```def gradient_descent(cost_fn, initial_guess, learning_rate):
df = cost_fn.diff(x)
df = lambdify(x, df)

new_x = initial_guess

for n in range(100):
# Step 1: Predict (Make a guess)
previous_x = new_x

# Step 2: Calculate the error

# Step 3: Learn (Make adjustments)
new_x = previous_x - learning_rate * gradient```

Inside the function, we first get the derivative of the cost function that was inputted as a parameter using the `diff` function of the SymPy library. We store the derivative in the `df` variable. Then, we use the `lambdify` function because it allows us to plug our predictions into the derivative function. Read my article on calculating derivatives in Python for more info on this.

In the for loop, our gradient descent function is following the 3-step algorithm that is used to train many machine learning tools:

1. Predict (Make a guess)
2. Calculate the error

In the for loop, the first step is to make an arbitrary guess for the x-value of the minimum of the function. We do this by setting `previous_x` to `new_x`, which is the user’s initial guess. `previous_value` will help us keep track of the preceding prediction value as we make new guesses.

Next, we calculate the error or, in other words, we see how far our current guess is from the minimum of the function. We do this by calculating the derivative of the function at the point we guessed, which will give us the slope at that point. If the slope is large, the guess is far from the minimum. But if the slope is close to 0, the guess is getting closer to the minimum.

Next, we “learn” from the error. In the previous step, we calculated the slope at the x-value that we guessed. We multiply that slope by the learning_rate and subtract that from the current guess value stored in `previous_x`. Then, we store this new guess value back into `new_x`.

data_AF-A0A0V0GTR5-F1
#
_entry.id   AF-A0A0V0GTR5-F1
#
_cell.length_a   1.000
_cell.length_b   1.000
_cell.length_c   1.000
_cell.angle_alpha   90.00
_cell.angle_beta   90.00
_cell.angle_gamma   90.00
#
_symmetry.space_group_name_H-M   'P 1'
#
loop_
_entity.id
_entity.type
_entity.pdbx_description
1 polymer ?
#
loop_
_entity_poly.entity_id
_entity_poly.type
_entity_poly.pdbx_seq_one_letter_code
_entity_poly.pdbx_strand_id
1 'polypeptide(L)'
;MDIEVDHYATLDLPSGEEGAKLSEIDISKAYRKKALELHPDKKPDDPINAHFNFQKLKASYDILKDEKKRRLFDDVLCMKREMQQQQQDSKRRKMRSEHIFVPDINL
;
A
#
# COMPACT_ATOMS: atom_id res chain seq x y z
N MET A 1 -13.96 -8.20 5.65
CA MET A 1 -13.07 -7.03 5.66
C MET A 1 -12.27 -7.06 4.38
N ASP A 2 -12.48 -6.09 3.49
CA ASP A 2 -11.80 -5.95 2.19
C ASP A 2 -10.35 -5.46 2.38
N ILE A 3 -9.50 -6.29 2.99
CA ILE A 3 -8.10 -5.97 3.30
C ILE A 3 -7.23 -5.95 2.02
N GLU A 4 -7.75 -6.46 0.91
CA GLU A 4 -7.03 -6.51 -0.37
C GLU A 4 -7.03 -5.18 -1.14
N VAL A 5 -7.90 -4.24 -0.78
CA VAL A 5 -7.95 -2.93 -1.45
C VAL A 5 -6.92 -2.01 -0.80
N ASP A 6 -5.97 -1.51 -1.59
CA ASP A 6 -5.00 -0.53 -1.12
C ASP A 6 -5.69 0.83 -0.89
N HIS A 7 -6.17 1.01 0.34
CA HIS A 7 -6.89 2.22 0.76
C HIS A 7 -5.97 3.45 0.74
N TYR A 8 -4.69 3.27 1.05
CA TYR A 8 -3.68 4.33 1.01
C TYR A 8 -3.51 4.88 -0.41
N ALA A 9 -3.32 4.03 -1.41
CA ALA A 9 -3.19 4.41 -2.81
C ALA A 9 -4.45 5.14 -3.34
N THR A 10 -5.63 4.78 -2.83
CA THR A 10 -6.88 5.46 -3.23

Then, we run these steps over and over in our for loop until the loop is over.

Before we run our gradient descent function, let’s add some print statements at the end so we can see the values of at the minimum of the function.

```print('Minimum occurs at x-value:', min_x)
print('Slope at the minimum is: ', df(min_x))```

Now, let’s run our gradient descent function and see what type of output we get with an example. In this example, the cost function is f(x) = x2. The initial guess for x is 3 and the learning rate is 0.1

```my_fn = x**2

Currently, we are running the learning loop an arbitrary amount of times. In this example, the loop runs 100 times. But maybe we don’t need to run the loop this many times. Oftentimes you already know ahead of time how precise a calculate you need. You can tell the loop to stop running once a certain level of precision is met. There are many ways you can implement this, but I’ll show you using that for loop we already have.

```precision = 0.0001

for n in range(100):
previous_x = new_x
new_x = previous_x - learning_rate * gradient

step_size = abs(new_x - previous_x)

if step_size < precision:
break```

First, we define a precision value that the gradient descent algorithm should be within. You can also make this a parameter to the function if you choose.

Inside the loop, we create a new variable called `step_size` which is the distance between `previous_x` and `new_x`, which is the new guess that was just calculated in the “learning” step. We take the absolute value of this difference in case it’s negative.

If the `step_size` is less than the `precision` we specified, the loop will finish, even if it hasn’t reached 100 iterations yet.

Instead of solving a cost function analytically, the gradient descent algorithm converges on the minimum of a function by brute force. Like a blind-folded hiker, the algorithm goes down the valley (the cost function), following the slope of the graph until it reaches the minimum point.